A church has been heavying business about gay marriage. The Business Manager of the Archdiocese of Sydney wrote to various corporations on the subject of ‘marriage equality’. The church is politically opposed to changes in the law favoured by those who seek to promote what they call marriage equality.
The letter says that the Archdiocese is ‘a significant user of goods and services from many corporations.’ It refers to a ‘Catholic population of 600,000 within the Archdiocese accounting for 26.7% of the total population’. The author says: ‘I only mention this to indicate the diverse and expansive demographic we serve’. Really?
It would be interesting to know the definition of ‘Catholic’ that gets the writer over 25%. But why is the writer so coy about saying that the church is in a position to punish people commercially unless they toe the church line on this political issue? Does the author deny that the church is seeking to use its market power to bring political pressure to bear on people? Does the writer believe that the rest of us just came down with the last shower?
The author wonders if it is ‘the role of a corporation such as yours’ – the letter I have was not addressed to a corporation –‘to be participating in such an important matter that impacts all of Australian society now and in the future.’ The author thinks that the conduct of this corporation on behalf of stakeholders ‘is indeed over stepping their purpose and is to be strongly resisted.’
The language is glutinous, but why does a corporation not have as much right as a church to speak on a political issue such as this? And was the writer expressing the views of more than a quarter of the population?
Then there is a curious remark. ‘Many people who support the traditional definition of marriage have loved ones with same-sex attraction and of course strongly object to them being discriminated against.’ Do those standing behind the author only have loved ones who are gay? Are not some of the communicant members of the church themselves gay? Or is that a consummation devoutly to be avoided?
The author takes objection to redefining marriage to fit ‘an ideological agenda’ that is against beliefs and faiths that have been held for ages. Popes said much the same to Galileo, and Anglican divines said much the same to Darwin, although their menaces were not commercial. The church’s Business Manager refers to a ‘cashed-up activist-driven media campaign.’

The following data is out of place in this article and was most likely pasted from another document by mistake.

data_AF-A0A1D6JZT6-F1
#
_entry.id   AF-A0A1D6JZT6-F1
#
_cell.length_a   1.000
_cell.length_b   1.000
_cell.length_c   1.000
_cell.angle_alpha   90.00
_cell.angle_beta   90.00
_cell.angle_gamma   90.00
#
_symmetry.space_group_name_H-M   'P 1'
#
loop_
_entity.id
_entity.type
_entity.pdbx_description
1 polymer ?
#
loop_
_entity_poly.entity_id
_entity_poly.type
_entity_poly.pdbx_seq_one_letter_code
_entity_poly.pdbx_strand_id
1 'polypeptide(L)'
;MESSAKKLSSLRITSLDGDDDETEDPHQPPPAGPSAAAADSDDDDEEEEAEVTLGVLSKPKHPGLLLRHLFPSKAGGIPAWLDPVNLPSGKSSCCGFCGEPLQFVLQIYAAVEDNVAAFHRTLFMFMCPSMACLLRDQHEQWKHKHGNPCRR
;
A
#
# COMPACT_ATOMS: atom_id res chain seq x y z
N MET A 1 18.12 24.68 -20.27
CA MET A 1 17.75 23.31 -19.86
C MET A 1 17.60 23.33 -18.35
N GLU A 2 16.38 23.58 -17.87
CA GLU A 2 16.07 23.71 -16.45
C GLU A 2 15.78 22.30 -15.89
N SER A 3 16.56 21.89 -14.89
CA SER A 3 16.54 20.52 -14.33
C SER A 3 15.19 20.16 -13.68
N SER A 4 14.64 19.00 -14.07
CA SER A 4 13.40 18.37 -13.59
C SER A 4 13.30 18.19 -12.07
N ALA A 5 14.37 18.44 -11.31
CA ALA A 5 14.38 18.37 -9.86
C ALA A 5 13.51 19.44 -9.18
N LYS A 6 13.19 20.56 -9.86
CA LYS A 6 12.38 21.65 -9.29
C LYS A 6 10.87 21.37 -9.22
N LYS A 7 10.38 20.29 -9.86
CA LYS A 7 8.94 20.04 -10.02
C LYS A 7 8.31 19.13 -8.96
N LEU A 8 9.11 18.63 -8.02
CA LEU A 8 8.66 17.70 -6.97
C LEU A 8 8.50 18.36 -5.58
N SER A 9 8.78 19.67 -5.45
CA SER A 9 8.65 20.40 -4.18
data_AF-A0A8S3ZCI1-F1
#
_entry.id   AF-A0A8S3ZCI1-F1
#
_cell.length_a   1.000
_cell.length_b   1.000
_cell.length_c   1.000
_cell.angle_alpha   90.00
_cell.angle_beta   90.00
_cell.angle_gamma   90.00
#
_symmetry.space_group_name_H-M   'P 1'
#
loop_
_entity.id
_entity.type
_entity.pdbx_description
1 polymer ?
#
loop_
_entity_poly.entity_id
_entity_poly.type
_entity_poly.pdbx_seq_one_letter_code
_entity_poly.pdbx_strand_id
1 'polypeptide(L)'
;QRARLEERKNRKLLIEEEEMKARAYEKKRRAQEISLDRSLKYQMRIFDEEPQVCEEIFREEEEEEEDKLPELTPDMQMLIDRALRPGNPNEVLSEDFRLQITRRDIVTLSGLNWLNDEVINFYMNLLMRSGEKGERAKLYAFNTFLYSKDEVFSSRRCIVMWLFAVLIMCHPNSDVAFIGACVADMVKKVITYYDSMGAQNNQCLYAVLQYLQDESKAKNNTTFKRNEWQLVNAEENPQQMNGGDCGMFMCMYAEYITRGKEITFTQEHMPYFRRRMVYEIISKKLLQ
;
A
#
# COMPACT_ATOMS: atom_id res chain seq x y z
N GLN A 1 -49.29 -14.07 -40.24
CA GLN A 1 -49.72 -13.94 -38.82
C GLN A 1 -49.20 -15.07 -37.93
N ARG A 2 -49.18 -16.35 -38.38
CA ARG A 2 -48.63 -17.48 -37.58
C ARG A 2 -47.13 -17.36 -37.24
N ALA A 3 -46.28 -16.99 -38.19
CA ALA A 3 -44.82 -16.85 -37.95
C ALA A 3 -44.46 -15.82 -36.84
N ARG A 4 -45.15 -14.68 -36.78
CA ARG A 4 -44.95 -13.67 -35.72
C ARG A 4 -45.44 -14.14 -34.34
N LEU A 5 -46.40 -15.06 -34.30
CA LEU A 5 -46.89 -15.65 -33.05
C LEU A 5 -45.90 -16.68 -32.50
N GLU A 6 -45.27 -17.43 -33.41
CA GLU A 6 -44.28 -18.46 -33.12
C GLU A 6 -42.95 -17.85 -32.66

You wonder why a church would engage in name-calling about applying pressure when it is seeking to do precisely that. And what’s wrong with cash?
For that matter, you wonder why the writer thought it was a good idea to make these threats – and I concede that the author would not concede that he is uttering threats – to someone like the Chairman of Partners of Maurice Blackburn.
For that matter, you wonder why if you are losing a war you do not just seek to go out with some dignity rather than stooping to the perceived vulgarity of your enemy.
But what really elevates this letter into bullshit par excellence is its unstated premise – that the Catholic Archdiocese of Sydney is a discrete legal entity, a significant consumer, and a body that can and does engage commercially and politically – and, presumably, one that could sue and be sued.
Unless of course someone wanted to sue it for a breach of trust committed by one of its priests.
Poet of the Month W H Auden
Lullaby – extract
Lay your sleeping head, my love,
Human on my faithless arm;
Time and fevers burn away
Individual beauty from
Thoughtful children, and the grave
Proves the child ephemeral:
But in my arms till break of day
Let the living creature lie,
Mortal, guilty, but to me
The entirely beautiful.
Soul and body have no bounds:
To lovers as they lie upon
Her tolerant enchanted slope
In their ordinary swoon,
Grave the vision Venus sends
Of supernatural sympathy,
Universal love and hope;
While an abstract insight wakes
Among the glaciers and the rocks
The hermit’s carnal ecstasy.
2 thoughts on “Passing Bull 39 – Corporations and churches”
If the roles had been reversed and Telstra had threatened to withdraw its services unless the Catholic Church withdrew its public opposition to same-sex marriage, our ears would be ringing with howls of discrimination and our heads would be spinning with the rush to the Human Rights Commission or the courts. But as usual, the Catholic Church (and organised religion more generally) continues to use and abuse its protected status in our society.
Would this conduct between trading corporations breach the Trade Practices Act? And I suppose that at least some corporations pay at least some tax.